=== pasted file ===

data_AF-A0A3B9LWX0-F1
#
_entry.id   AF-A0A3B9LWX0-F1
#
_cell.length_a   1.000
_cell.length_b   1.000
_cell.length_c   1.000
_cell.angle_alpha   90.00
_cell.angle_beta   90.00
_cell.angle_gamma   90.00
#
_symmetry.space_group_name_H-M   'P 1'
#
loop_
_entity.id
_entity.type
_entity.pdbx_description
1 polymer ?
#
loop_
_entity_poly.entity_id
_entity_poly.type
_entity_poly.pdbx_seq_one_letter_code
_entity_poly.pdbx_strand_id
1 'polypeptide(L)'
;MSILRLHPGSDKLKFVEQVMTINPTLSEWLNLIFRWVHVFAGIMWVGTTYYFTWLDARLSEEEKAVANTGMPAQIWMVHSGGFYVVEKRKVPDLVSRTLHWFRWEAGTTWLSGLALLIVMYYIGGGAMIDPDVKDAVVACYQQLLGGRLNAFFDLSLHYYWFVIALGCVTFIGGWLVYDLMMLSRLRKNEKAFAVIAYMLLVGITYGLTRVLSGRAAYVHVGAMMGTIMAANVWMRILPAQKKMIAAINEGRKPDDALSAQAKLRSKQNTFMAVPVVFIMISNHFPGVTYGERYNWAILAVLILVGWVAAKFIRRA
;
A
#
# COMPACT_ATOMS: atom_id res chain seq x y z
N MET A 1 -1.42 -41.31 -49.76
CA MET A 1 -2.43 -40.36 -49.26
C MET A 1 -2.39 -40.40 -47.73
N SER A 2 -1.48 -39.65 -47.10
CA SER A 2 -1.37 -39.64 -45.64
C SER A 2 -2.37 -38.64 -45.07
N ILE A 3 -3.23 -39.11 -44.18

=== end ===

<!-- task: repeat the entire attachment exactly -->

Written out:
data_AF-A0A3B9LWX0-F1
#
_entry.id   AF-A0A3B9LWX0-F1
#
_cell.length_a   1.000
_cell.length_b   1.000
_cell.length_c   1.000
_cell.angle_alpha   90.00
_cell.angle_beta   90.00
_cell.angle_gamma   90.00
#
_symmetry.space_group_name_H-M   'P 1'
#
loop_
_entity.id
_entity.type
_entity.pdbx_description
1 polymer ?
#
loop_
_entity_poly.entity_id
_entity_poly.type
_entity_poly.pdbx_seq_one_letter_code
_entity_poly.pdbx_strand_id
1 'polypeptide(L)'
;MSILRLHPGSDKLKFVEQVMTINPTLSEWLNLIFRWVHVFAGIMWVGTTYYFTWLDARLSEEEKAVANTGMPAQIWMVHSGGFYVVEKRKVPDLVSRTLHWFRWEAGTTWLSGLALLIVMYYIGGGAMIDPDVKDAVVACYQQLLGGRLNAFFDLSLHYYWFVIALGCVTFIGGWLVYDLMMLSRLRKNEKAFAVIAYMLLVGITYGLTRVLSGRAAYVHVGAMMGTIMAANVWMRILPAQKKMIAAINEGRKPDDALSAQAKLRSKQNTFMAVPVVFIMISNHFPGVTYGERYNWAILAVLILVGWVAAKFIRRA
;
A
#
# COMPACT_ATOMS: atom_id res chain seq x y z
N MET A 1 -1.42 -41.31 -49.76
CA MET A 1 -2.43 -40.36 -49.26
C MET A 1 -2.39 -40.40 -47.73
N SER A 2 -1.48 -39.65 -47.10
CA SER A 2 -1.37 -39.64 -45.64
C SER A 2 -2.37 -38.64 -45.07
N ILE A 3 -3.23 -39.11 -44.18